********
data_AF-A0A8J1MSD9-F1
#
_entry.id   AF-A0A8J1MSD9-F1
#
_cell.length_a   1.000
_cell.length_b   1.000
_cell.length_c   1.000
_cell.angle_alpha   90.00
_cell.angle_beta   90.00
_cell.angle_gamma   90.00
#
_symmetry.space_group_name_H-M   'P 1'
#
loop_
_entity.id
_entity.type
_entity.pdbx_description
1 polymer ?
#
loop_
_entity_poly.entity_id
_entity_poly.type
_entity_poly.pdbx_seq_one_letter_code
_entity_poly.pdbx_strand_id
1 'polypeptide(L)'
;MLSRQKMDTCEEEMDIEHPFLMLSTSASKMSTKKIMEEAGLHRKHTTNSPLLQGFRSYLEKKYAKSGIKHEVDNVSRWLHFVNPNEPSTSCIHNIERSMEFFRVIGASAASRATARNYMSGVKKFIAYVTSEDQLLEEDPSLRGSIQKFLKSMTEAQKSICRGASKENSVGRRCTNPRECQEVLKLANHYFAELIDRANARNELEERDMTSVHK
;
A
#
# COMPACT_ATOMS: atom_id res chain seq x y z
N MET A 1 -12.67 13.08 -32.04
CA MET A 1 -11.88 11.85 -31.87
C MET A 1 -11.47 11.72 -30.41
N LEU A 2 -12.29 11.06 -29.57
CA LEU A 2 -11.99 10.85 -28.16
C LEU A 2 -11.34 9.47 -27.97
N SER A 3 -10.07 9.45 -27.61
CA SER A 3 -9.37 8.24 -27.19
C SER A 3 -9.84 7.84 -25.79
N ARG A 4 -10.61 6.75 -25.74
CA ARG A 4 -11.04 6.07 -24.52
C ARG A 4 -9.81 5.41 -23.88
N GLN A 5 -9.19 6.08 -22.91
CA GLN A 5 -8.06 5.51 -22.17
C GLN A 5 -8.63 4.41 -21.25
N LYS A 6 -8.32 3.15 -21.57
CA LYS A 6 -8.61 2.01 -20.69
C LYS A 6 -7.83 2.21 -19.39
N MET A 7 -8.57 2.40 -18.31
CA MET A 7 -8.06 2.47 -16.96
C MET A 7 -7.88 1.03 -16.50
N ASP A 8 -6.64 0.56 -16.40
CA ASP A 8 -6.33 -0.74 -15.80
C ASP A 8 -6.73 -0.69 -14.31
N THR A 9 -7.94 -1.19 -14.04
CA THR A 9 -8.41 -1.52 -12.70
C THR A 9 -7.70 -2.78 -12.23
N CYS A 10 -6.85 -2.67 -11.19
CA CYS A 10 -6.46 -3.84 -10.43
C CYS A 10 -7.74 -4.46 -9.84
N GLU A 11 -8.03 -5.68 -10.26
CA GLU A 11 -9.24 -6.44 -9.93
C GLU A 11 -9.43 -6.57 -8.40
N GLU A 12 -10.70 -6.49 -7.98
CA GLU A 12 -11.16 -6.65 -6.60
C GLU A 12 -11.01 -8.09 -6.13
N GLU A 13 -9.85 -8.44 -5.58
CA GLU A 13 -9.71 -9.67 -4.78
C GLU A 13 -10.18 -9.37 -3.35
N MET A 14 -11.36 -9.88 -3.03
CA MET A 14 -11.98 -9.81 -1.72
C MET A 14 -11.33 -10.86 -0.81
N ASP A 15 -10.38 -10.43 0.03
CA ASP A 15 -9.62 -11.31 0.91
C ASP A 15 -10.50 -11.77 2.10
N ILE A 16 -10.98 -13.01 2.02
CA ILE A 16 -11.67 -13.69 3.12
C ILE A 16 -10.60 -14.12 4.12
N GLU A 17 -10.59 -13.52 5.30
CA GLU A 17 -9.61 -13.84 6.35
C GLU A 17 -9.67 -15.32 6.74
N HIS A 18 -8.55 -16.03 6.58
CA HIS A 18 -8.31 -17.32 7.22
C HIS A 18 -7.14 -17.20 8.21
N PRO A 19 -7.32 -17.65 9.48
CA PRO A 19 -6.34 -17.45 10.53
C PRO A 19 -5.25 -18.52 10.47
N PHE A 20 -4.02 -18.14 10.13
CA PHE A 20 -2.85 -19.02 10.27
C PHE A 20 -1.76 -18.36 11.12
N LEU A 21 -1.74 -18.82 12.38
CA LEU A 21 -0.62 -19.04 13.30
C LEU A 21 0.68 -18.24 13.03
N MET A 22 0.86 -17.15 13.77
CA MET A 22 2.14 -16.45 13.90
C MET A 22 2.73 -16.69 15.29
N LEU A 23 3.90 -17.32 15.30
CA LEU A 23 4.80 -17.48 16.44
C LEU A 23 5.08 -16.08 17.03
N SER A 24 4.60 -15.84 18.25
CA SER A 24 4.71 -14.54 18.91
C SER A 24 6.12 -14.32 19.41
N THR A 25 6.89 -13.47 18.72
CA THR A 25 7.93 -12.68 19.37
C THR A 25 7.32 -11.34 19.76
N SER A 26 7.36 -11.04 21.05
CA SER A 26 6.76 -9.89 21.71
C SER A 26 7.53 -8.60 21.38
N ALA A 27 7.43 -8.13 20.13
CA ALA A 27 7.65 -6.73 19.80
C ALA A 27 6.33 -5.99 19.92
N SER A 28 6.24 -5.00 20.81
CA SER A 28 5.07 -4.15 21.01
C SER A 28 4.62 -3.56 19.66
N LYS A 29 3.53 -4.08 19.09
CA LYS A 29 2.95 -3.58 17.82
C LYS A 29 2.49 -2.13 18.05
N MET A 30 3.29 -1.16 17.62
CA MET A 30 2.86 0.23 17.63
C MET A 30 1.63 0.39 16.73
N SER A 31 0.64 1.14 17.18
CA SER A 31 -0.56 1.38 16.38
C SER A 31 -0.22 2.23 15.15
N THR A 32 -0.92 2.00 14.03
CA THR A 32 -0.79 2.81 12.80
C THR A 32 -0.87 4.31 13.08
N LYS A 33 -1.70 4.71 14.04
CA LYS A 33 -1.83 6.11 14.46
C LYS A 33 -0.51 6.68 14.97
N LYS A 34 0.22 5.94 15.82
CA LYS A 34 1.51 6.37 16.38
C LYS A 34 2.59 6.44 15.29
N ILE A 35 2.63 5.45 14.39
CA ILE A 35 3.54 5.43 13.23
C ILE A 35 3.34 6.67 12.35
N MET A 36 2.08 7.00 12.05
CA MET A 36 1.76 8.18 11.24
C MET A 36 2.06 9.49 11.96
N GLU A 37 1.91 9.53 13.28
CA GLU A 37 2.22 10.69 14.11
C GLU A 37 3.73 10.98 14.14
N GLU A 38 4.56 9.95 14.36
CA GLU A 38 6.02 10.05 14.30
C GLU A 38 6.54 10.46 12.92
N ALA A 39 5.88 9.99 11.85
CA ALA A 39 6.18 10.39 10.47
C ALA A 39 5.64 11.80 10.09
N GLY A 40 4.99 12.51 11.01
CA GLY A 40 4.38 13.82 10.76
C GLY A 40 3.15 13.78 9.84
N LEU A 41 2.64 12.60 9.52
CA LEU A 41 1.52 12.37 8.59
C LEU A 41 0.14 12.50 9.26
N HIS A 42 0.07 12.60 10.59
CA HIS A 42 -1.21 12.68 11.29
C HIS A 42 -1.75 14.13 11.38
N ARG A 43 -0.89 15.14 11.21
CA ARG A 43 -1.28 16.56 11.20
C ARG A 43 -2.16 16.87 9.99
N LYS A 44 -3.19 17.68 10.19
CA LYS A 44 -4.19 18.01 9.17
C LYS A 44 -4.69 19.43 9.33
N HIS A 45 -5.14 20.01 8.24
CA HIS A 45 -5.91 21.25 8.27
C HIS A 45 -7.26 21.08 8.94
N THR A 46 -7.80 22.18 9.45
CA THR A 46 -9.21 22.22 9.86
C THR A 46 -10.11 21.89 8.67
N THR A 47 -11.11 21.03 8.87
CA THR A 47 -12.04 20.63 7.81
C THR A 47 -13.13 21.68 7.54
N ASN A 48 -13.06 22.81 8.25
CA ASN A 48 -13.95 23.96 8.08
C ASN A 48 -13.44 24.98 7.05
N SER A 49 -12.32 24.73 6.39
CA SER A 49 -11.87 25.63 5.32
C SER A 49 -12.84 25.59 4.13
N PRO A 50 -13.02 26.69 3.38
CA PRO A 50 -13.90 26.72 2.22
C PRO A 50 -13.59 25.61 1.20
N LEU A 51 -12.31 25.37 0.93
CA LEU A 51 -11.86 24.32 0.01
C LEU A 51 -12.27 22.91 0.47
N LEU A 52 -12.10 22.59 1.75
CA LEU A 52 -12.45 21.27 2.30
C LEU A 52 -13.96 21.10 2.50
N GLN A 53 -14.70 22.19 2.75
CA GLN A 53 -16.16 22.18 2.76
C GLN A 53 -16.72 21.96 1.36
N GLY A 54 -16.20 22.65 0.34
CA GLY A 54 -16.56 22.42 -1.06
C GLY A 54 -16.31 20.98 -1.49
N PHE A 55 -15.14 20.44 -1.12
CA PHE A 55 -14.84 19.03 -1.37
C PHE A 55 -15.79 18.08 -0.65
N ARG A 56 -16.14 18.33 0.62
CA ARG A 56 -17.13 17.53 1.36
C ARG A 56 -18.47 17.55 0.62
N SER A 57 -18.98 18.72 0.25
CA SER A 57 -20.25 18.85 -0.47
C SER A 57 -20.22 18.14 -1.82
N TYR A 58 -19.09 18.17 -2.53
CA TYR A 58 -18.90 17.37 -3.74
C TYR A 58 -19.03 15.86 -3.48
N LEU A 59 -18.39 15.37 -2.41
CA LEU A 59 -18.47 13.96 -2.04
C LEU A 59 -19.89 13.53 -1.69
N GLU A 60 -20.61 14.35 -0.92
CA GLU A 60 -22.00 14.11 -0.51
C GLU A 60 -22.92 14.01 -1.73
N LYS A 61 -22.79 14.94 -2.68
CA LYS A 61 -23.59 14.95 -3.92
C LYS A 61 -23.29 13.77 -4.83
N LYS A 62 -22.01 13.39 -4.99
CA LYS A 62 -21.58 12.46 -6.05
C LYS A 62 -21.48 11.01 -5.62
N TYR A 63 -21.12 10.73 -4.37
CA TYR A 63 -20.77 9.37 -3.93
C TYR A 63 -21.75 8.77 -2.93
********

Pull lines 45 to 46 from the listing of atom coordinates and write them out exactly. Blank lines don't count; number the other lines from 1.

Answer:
C GLN A 5 -8.63 4.41 -21.25
N LYS A 6 -8.32 3.15 -21.57